Revisiting the focality of non-invasive brain stimulation - implications for studies of human cognition
Numssen, O., van der Burght, C. L., & Hartwigsen, G.
Revisiting the focality of non-invasive brain stimulation - implications for studies of human cognition. Neuroscience and Biobehavioral Reviews, 149
: 105154. doi:10.1016/j.neubiorev.2023.105154.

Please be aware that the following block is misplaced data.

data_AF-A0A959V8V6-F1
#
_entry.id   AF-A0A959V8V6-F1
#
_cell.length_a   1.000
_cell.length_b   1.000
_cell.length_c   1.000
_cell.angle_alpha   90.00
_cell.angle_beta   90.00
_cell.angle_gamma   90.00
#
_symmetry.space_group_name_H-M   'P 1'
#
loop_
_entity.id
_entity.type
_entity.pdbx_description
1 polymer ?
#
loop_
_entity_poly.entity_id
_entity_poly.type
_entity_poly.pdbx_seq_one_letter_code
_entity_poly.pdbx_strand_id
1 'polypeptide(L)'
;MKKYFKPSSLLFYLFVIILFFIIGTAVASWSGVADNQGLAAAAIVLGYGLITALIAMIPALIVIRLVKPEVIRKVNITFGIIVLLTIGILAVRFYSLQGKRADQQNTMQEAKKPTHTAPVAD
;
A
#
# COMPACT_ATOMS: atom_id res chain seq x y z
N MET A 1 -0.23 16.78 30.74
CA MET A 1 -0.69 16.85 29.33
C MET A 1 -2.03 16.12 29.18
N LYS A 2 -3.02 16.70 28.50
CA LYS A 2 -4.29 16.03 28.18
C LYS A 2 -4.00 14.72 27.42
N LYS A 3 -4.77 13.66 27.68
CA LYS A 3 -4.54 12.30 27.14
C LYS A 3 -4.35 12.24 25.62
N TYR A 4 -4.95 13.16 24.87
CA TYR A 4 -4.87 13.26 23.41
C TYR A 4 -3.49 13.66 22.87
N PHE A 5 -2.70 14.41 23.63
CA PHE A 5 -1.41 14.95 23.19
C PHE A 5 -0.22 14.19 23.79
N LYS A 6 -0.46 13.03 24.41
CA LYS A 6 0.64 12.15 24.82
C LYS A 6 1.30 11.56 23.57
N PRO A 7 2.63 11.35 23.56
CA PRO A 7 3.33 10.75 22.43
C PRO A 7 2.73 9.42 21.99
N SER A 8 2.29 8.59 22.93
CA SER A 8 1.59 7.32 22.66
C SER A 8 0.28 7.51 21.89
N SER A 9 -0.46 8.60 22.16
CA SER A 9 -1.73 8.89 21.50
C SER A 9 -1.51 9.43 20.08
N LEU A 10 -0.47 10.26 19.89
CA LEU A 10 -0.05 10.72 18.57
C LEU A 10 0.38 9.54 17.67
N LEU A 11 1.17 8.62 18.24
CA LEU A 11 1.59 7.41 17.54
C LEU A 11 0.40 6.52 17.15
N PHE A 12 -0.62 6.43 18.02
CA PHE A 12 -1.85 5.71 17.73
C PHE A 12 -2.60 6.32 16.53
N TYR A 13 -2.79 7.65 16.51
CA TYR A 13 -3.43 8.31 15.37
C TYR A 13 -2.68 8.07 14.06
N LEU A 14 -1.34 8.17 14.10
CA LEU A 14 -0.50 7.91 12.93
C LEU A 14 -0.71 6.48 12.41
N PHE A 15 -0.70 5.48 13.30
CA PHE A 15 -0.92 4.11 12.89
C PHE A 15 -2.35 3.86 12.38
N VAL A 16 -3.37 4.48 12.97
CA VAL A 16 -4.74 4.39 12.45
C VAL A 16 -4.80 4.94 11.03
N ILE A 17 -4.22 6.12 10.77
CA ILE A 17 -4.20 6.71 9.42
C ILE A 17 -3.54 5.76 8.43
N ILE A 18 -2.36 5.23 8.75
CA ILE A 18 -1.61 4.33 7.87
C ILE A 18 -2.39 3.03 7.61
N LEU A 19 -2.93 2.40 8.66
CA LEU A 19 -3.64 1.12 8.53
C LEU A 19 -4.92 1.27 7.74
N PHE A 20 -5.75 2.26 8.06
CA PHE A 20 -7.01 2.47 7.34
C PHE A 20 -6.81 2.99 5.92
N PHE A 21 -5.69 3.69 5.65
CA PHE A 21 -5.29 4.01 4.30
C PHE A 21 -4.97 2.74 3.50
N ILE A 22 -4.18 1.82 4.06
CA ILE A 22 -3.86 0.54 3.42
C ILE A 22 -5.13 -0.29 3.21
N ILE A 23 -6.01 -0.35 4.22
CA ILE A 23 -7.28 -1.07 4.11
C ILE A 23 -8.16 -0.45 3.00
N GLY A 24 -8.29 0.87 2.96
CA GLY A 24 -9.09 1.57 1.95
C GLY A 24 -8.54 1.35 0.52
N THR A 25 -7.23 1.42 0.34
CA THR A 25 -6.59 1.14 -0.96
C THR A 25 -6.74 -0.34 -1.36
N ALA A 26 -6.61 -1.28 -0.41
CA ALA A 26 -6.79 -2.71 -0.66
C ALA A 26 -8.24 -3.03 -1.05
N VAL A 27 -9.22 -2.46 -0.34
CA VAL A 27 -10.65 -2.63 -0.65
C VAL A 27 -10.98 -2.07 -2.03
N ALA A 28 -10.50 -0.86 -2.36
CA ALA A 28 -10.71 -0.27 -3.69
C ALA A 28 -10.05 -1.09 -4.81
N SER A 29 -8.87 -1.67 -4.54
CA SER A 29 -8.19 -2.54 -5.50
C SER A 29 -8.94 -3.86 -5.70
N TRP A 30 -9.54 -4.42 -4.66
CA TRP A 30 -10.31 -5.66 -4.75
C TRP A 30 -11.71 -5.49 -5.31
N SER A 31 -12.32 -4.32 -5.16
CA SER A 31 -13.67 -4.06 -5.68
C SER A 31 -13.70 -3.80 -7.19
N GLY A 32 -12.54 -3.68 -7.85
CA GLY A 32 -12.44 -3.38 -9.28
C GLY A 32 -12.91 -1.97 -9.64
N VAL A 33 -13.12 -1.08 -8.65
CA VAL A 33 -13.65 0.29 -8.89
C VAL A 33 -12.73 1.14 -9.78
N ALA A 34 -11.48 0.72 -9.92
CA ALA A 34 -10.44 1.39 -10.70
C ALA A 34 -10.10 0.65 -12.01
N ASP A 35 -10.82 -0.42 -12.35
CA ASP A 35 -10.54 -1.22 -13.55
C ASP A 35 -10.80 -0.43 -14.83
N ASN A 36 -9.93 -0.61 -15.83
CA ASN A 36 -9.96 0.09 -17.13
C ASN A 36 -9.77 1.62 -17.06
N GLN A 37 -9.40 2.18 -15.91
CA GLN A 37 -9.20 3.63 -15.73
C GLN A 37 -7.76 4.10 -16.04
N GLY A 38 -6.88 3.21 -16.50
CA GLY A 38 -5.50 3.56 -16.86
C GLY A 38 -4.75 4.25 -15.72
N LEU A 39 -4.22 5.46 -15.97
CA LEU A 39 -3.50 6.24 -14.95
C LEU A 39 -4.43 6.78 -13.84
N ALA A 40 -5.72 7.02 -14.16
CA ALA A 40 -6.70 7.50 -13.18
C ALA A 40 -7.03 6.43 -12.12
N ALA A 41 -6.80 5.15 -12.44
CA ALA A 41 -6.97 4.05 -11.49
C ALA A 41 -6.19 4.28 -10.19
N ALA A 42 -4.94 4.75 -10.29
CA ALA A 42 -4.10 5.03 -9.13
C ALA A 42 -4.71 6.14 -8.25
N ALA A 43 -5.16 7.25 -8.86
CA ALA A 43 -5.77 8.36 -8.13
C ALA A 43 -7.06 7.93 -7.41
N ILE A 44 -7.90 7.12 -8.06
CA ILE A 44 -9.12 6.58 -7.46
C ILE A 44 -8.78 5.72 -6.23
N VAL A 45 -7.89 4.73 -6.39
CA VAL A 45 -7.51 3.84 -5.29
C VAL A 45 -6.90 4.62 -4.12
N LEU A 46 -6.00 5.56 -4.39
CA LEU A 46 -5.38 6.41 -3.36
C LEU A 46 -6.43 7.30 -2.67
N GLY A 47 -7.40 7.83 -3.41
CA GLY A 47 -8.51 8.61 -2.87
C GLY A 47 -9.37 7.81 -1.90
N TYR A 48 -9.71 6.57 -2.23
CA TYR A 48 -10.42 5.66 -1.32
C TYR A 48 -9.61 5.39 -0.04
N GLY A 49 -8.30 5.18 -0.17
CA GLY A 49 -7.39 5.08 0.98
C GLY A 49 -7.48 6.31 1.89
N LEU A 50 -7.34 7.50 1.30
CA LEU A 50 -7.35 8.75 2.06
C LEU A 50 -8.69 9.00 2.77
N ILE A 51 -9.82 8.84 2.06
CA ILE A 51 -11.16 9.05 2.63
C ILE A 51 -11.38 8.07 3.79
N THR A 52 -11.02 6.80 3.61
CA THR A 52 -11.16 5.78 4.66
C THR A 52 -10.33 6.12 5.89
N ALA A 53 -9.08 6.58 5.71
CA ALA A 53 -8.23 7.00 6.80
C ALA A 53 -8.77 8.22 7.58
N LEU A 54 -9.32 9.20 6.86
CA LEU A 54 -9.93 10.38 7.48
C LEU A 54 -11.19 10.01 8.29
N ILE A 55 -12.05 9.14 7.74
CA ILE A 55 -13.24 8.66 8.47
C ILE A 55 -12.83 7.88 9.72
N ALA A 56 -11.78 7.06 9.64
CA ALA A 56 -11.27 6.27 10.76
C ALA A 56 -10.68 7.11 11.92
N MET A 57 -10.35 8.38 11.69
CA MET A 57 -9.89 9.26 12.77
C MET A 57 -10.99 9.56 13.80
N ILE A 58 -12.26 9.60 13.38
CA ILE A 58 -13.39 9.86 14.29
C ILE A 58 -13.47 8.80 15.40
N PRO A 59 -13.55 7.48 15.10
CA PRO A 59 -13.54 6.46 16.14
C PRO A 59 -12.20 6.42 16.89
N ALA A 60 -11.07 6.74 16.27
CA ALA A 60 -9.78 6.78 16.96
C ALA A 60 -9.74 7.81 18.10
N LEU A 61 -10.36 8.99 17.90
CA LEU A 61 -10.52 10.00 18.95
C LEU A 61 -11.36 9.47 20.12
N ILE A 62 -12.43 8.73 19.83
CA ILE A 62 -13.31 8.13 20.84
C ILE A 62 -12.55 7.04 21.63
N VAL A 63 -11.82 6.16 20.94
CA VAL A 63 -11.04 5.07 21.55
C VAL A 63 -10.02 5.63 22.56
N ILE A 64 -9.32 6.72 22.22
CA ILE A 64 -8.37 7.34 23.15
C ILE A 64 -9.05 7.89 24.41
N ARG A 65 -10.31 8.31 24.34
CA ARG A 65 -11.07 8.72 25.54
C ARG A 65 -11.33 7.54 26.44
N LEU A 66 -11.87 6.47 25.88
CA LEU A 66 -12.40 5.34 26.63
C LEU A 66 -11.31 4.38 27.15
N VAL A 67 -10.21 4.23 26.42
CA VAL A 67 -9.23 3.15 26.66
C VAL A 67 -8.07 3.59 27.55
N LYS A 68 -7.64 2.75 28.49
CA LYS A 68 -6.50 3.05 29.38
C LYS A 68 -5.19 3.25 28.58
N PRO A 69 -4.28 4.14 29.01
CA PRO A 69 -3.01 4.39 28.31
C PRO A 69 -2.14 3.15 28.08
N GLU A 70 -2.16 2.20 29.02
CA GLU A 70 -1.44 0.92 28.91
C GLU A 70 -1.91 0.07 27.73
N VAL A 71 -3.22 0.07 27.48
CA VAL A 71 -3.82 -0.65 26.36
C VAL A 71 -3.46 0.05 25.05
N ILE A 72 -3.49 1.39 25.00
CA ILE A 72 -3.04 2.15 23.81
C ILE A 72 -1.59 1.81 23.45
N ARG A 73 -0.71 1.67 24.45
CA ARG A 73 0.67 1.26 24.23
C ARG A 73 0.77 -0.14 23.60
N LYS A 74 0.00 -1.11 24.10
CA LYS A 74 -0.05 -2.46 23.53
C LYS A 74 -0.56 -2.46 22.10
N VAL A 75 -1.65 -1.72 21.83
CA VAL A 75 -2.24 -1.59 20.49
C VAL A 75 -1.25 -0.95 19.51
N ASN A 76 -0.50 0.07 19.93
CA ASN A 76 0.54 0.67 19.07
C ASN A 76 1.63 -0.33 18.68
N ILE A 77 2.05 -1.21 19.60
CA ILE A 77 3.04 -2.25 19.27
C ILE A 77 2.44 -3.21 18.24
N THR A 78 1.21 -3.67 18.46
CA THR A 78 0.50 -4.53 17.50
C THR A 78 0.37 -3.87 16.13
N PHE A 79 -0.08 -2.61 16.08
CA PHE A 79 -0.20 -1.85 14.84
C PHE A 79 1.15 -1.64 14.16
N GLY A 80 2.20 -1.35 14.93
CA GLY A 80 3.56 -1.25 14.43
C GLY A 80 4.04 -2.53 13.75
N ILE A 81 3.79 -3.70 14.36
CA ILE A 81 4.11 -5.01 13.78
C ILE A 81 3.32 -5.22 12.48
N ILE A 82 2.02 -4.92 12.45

Non-invasive brain stimulation techniques are popular tools to investigate brain function in health and disease. Although transcranial magnetic stimulation (TMS) is widely used in cognitive neuroscience research to probe causal structure-function relationships, studies often yield inconclusive results. To improve the effectiveness of TMS studies, we argue that the cognitive neuroscience community needs to revise the stimulation focality principle – the spatial resolution with which TMS can differentially stimulate cortical regions. In the motor domain, TMS can differentiate between cortical muscle representations of adjacent fingers. However, this high degree of spatial specificity cannot be obtained in all cortical regions due to the influences of cortical folding patterns on the TMS-induced electric field. The region-dependent focality of TMS should be assessed a priori to estimate the experimental feasibility. Post-hoc simulations allow modeling of the relationship between cortical stimulation exposure and behavioral modulation by integrating data across stimulation sites or subjects.
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